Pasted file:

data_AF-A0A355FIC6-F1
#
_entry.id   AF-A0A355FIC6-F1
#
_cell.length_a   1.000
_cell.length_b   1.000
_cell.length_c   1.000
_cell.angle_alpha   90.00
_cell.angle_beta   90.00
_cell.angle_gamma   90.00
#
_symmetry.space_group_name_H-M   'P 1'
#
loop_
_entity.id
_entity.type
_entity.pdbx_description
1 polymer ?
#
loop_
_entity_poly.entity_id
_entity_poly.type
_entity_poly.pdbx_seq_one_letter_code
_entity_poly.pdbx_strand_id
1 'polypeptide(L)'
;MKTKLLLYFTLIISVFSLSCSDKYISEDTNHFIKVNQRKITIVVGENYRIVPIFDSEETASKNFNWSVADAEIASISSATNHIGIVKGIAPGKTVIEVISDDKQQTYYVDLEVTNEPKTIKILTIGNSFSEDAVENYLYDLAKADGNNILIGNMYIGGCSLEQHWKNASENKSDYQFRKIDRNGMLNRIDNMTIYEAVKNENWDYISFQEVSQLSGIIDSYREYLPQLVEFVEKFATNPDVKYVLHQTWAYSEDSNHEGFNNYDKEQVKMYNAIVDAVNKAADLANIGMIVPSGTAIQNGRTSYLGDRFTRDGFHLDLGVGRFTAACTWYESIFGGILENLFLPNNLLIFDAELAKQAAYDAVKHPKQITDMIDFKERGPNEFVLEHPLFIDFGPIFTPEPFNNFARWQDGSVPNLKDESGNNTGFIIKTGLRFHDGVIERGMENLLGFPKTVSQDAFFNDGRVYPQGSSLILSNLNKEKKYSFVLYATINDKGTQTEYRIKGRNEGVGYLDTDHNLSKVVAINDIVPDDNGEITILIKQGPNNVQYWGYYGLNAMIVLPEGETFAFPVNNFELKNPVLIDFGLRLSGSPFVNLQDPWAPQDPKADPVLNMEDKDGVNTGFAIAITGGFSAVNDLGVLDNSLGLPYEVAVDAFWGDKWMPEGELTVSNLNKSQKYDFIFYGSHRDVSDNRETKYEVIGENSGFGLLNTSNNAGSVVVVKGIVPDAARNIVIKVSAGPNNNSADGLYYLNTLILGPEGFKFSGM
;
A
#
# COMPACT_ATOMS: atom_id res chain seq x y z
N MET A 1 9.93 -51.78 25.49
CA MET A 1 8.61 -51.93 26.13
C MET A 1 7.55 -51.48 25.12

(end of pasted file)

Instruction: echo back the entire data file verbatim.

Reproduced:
data_AF-A0A355FIC6-F1
#
_entry.id   AF-A0A355FIC6-F1
#
_cell.length_a   1.000
_cell.length_b   1.000
_cell.length_c   1.000
_cell.angle_alpha   90.00
_cell.angle_beta   90.00
_cell.angle_gamma   90.00
#
_symmetry.space_group_name_H-M   'P 1'
#
loop_
_entity.id
_entity.type
_entity.pdbx_description
1 polymer ?
#
loop_
_entity_poly.entity_id
_entity_poly.type
_entity_poly.pdbx_seq_one_letter_code
_entity_poly.pdbx_strand_id
1 'polypeptide(L)'
;MKTKLLLYFTLIISVFSLSCSDKYISEDTNHFIKVNQRKITIVVGENYRIVPIFDSEETASKNFNWSVADAEIASISSATNHIGIVKGIAPGKTVIEVISDDKQQTYYVDLEVTNEPKTIKILTIGNSFSEDAVENYLYDLAKADGNNILIGNMYIGGCSLEQHWKNASENKSDYQFRKIDRNGMLNRIDNMTIYEAVKNENWDYISFQEVSQLSGIIDSYREYLPQLVEFVEKFATNPDVKYVLHQTWAYSEDSNHEGFNNYDKEQVKMYNAIVDAVNKAADLANIGMIVPSGTAIQNGRTSYLGDRFTRDGFHLDLGVGRFTAACTWYESIFGGILENLFLPNNLLIFDAELAKQAAYDAVKHPKQITDMIDFKERGPNEFVLEHPLFIDFGPIFTPEPFNNFARWQDGSVPNLKDESGNNTGFIIKTGLRFHDGVIERGMENLLGFPKTVSQDAFFNDGRVYPQGSSLILSNLNKEKKYSFVLYATINDKGTQTEYRIKGRNEGVGYLDTDHNLSKVVAINDIVPDDNGEITILIKQGPNNVQYWGYYGLNAMIVLPEGETFAFPVNNFELKNPVLIDFGLRLSGSPFVNLQDPWAPQDPKADPVLNMEDKDGVNTGFAIAITGGFSAVNDLGVLDNSLGLPYEVAVDAFWGDKWMPEGELTVSNLNKSQKYDFIFYGSHRDVSDNRETKYEVIGENSGFGLLNTSNNAGSVVVVKGIVPDAARNIVIKVSAGPNNNSADGLYYLNTLILGPEGFKFSGM
;
A
#
# COMPACT_ATOMS: atom_id res chain seq x y z
N MET A 1 9.93 -51.78 25.49
CA MET A 1 8.61 -51.93 26.13
C MET A 1 7.55 -51.48 25.12